After an outcry from customers, Internet domain name registrar GoDaddy.com has withdrawn its support for controversial legislation aimed at strict enforcement of copyrights online.
"Fighting online piracy is of the utmost importance, which is why Go Daddy has been working to help craft revisions to this legislation - but we can clearly do better," Warren Adelman, Go Daddy's newly appointed CEO, said in a press release published on Friday. "It's very important that all Internet stakeholders work together on this. Getting it right is worth the wait. Go Daddy will support it when and if the Internet community supports it."
This reversal is apparently the result of a backlash from customers.
On Thursday, the House Judiciary Committee released a list of 142 companies supporting SOPA ("Stop Online Privacy Act"). Go Daddy, which says it manages 50 million domains for over nine million customers around the world, was listed among the supporters. Outraged Reddit users then called for a boycott of Go Daddy. Ben Huh, CEO of the popular Cheezburger blog network, announced that he would pull his 1,000 domains from Go Daddy if the company continued its support of the bill.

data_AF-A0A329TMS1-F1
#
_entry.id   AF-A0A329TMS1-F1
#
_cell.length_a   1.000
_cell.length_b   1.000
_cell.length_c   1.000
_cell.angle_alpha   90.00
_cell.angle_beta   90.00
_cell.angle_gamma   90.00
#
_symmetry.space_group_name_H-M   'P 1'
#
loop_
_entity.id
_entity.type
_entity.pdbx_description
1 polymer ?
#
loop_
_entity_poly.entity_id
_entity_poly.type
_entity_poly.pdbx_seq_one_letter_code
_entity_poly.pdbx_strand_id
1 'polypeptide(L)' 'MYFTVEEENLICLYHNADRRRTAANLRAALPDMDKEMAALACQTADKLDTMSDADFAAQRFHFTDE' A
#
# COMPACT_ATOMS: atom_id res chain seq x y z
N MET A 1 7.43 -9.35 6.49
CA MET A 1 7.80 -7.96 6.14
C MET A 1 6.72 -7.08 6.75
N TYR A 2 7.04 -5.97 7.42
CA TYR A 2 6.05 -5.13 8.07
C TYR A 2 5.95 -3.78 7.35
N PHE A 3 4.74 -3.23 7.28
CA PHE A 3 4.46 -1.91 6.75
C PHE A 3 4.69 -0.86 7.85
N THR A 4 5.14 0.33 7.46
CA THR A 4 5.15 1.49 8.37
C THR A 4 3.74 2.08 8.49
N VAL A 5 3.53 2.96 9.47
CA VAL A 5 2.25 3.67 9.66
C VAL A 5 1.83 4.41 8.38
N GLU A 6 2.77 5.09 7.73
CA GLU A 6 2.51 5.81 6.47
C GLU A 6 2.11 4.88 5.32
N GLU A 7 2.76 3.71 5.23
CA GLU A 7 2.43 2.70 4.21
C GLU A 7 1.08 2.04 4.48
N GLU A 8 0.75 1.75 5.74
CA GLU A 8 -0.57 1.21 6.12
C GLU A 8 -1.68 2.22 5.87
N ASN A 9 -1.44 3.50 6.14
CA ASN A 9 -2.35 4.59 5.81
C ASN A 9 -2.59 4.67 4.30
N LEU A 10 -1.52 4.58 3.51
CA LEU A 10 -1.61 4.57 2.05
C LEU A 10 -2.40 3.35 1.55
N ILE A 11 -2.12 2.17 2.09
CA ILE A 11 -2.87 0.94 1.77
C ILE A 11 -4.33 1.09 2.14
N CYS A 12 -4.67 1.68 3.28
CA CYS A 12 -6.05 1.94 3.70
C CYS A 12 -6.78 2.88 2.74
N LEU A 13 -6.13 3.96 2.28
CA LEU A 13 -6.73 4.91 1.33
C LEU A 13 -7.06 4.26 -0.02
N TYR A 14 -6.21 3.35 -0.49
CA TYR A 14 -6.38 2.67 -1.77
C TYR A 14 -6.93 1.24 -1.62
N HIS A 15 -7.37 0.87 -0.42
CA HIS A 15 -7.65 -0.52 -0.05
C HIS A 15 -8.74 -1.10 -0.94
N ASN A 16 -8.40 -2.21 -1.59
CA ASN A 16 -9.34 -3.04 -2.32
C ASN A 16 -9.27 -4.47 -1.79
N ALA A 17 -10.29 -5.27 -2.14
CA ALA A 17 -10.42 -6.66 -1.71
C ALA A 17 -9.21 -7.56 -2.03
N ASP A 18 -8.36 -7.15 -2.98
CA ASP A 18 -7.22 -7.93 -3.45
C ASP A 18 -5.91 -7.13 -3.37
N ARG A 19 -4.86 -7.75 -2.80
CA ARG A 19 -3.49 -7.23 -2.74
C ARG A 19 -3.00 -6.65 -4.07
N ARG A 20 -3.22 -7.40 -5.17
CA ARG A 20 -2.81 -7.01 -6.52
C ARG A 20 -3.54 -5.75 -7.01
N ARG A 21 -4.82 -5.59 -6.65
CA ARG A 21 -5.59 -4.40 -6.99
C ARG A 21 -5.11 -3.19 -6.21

Go Daddy initially dismissed the outcry. "Go Daddy has received some emails that appear to stem from the boycott prompt, but we have not seen any impact to our business," the company told Ars Technica on Thursday.
In a November interview with HuffPost, Go Daddy General Counsel Christine Jones endorsed the legislation, saying everyone in the Internet ecosystem needs to do their part to fight illegal downloading. At the time however, Jones did express some reservations about the use of Domain Name System (DNS) blocking -- the tool the government would use to shut down websites -- as a technique that could create significant technical problems for the functioning of the Internet.
"We don't love DNS filtering and we think there are better ways to do it," Jones said. "It's not a clean or elegant solution."
She also expressed reservations about the bill's "private right of action," which allows movie studios and other companies to seek site takedowns outside of court, holding third-party companies like payment processors and web hosting services legally liable for copyright infringement committed by others.
"The private right of action on the Senate side is somewhat broad. I do think the house is trying to strike a better balance, but I also have said a lot of times in the past that its important for us to have a hybrid approach where companies in this industry take voluntary action when they're made aware of something that's wrong."
DNS blocking by the government and a private right of action for companies that believe their content is being infringed are the main features of the bill. Nevertheless, Jones wrote several blog posts for the Go Daddy website explaining and defending the bill. The company says those blog posts have now been removed.